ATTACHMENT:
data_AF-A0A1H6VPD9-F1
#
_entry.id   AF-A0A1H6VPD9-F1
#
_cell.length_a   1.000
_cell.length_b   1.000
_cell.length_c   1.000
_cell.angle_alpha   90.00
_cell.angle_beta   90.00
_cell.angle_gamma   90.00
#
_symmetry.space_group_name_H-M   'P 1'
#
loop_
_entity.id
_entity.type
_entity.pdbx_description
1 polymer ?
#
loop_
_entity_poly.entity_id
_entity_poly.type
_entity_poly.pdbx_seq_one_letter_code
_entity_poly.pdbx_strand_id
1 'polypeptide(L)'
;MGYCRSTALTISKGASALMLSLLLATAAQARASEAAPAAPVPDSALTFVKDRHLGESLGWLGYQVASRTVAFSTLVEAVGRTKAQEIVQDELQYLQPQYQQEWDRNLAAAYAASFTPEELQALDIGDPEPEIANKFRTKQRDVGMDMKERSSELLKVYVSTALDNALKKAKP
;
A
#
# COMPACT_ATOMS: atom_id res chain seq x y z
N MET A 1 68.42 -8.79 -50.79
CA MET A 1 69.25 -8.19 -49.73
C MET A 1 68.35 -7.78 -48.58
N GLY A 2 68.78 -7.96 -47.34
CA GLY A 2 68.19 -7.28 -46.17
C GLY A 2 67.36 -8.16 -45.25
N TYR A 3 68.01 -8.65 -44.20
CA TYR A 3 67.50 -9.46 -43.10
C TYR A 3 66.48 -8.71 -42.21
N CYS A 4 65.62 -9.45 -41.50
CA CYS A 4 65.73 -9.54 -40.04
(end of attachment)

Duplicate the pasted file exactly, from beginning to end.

data_AF-A0A1H6VPD9-F1
#
_entry.id   AF-A0A1H6VPD9-F1
#
_cell.length_a   1.000
_cell.length_b   1.000
_cell.length_c   1.000
_cell.angle_alpha   90.00
_cell.angle_beta   90.00
_cell.angle_gamma   90.00
#
_symmetry.space_group_name_H-M   'P 1'
#
loop_
_entity.id
_entity.type
_entity.pdbx_description
1 polymer ?
#
loop_
_entity_poly.entity_id
_entity_poly.type
_entity_poly.pdbx_seq_one_letter_code
_entity_poly.pdbx_strand_id
1 'polypeptide(L)'
;MGYCRSTALTISKGASALMLSLLLATAAQARASEAAPAAPVPDSALTFVKDRHLGESLGWLGYQVASRTVAFSTLVEAVGRTKAQEIVQDELQYLQPQYQQEWDRNLAAAYAASFTPEELQALDIGDPEPEIANKFRTKQRDVGMDMKERSSELLKVYVSTALDNALKKAKP
;
A
#
# COMPACT_ATOMS: atom_id res chain seq x y z
N MET A 1 68.42 -8.79 -50.79
CA MET A 1 69.25 -8.19 -49.73
C MET A 1 68.35 -7.78 -48.58
N GLY A 2 68.78 -7.96 -47.34
CA GLY A 2 68.19 -7.28 -46.17
C GLY A 2 67.36 -8.16 -45.25
N TYR A 3 68.01 -8.65 -44.20
CA TYR A 3 67.50 -9.46 -43.10
C TYR A 3 66.48 -8.71 -42.21
N CYS A 4 65.62 -9.45 -41.50
CA CYS A 4 65.73 -9.54 -40.04